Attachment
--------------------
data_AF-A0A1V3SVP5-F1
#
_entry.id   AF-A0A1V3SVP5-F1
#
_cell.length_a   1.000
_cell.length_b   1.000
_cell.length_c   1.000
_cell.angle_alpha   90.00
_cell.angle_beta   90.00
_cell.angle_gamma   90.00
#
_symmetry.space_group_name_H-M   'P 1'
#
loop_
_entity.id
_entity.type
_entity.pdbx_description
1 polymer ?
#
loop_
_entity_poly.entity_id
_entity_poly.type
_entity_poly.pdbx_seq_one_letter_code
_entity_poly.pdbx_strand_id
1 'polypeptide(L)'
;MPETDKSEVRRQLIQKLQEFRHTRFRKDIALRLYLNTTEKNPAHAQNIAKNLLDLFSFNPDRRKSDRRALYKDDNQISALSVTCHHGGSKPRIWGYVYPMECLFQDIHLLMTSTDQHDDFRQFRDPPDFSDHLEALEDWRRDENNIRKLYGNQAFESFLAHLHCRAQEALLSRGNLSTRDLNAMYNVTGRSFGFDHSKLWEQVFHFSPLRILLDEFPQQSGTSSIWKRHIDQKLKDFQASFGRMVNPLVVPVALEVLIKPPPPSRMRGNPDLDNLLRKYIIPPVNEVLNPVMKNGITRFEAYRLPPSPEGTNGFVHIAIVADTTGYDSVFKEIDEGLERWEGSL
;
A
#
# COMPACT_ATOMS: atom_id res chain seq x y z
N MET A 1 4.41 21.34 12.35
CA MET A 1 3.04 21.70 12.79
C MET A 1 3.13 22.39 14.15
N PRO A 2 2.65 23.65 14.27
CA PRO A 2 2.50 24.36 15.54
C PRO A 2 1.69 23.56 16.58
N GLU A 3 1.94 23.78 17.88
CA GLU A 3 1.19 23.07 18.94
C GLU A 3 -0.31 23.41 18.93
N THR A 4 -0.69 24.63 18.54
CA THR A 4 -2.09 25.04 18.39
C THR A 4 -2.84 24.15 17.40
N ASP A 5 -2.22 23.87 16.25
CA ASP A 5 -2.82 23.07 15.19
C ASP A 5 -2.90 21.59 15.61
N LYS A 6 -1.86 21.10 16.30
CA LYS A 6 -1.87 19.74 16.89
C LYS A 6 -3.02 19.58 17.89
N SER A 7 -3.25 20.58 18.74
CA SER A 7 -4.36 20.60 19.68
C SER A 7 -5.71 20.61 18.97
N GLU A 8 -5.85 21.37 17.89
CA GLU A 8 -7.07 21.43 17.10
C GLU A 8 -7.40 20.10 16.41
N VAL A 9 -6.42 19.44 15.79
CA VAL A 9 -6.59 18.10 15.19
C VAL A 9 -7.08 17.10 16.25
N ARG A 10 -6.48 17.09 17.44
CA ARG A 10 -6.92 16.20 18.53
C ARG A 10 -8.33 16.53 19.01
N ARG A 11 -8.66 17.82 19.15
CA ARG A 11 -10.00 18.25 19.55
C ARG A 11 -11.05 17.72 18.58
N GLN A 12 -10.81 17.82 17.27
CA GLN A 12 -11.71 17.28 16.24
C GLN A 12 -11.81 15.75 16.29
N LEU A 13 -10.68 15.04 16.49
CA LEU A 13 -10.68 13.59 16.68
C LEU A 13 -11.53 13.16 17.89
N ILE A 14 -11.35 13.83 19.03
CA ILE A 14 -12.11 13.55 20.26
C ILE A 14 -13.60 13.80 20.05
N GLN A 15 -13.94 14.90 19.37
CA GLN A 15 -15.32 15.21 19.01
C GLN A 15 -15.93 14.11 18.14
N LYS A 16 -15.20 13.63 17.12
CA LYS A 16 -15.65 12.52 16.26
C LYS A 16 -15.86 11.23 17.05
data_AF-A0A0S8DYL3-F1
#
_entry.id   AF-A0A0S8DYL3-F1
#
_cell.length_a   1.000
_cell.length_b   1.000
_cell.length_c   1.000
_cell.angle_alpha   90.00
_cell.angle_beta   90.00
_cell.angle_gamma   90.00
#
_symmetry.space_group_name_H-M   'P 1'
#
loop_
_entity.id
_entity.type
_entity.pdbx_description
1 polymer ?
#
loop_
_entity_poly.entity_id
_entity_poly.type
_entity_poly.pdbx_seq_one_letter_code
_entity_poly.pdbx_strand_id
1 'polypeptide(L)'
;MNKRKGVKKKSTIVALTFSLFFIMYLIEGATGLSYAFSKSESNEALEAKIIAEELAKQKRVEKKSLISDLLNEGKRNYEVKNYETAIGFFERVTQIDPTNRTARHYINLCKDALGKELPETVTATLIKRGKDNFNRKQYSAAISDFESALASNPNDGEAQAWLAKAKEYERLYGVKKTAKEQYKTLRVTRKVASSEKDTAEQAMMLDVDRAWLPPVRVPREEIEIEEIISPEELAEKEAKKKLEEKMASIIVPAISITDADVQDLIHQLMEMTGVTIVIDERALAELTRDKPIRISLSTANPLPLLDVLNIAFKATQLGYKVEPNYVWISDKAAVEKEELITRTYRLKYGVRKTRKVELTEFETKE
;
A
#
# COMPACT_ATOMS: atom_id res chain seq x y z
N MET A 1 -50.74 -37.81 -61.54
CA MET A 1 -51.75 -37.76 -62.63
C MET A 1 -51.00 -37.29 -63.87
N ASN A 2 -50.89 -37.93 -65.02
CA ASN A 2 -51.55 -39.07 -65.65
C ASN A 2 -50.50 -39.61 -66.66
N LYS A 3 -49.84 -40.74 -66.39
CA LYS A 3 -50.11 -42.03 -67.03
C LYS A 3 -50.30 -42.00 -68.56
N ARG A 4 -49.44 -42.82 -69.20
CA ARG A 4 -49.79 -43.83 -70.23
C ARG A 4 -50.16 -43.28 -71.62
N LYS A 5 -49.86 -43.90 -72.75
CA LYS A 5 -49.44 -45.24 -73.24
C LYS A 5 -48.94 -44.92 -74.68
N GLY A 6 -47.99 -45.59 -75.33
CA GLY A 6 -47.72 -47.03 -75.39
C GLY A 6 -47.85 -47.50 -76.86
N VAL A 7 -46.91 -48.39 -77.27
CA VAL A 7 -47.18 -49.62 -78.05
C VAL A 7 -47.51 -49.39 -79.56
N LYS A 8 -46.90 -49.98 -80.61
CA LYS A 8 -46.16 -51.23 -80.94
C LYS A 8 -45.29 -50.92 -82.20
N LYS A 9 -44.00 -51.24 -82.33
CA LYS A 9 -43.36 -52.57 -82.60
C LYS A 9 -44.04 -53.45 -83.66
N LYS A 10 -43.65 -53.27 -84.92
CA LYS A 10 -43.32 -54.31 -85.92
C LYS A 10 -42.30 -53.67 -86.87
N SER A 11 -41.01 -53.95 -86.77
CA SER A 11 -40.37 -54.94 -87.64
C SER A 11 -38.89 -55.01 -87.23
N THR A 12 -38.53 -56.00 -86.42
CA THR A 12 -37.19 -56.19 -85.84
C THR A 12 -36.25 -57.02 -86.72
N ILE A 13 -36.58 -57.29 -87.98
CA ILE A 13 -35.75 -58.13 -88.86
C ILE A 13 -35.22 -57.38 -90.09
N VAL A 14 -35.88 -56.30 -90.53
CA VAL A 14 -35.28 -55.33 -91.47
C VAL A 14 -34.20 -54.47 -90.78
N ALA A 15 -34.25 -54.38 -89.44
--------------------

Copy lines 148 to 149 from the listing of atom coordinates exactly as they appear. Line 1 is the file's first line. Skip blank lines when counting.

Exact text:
N VAL A 14 -35.88 -56.30 -90.53
CA VAL A 14 -35.28 -55.33 -91.47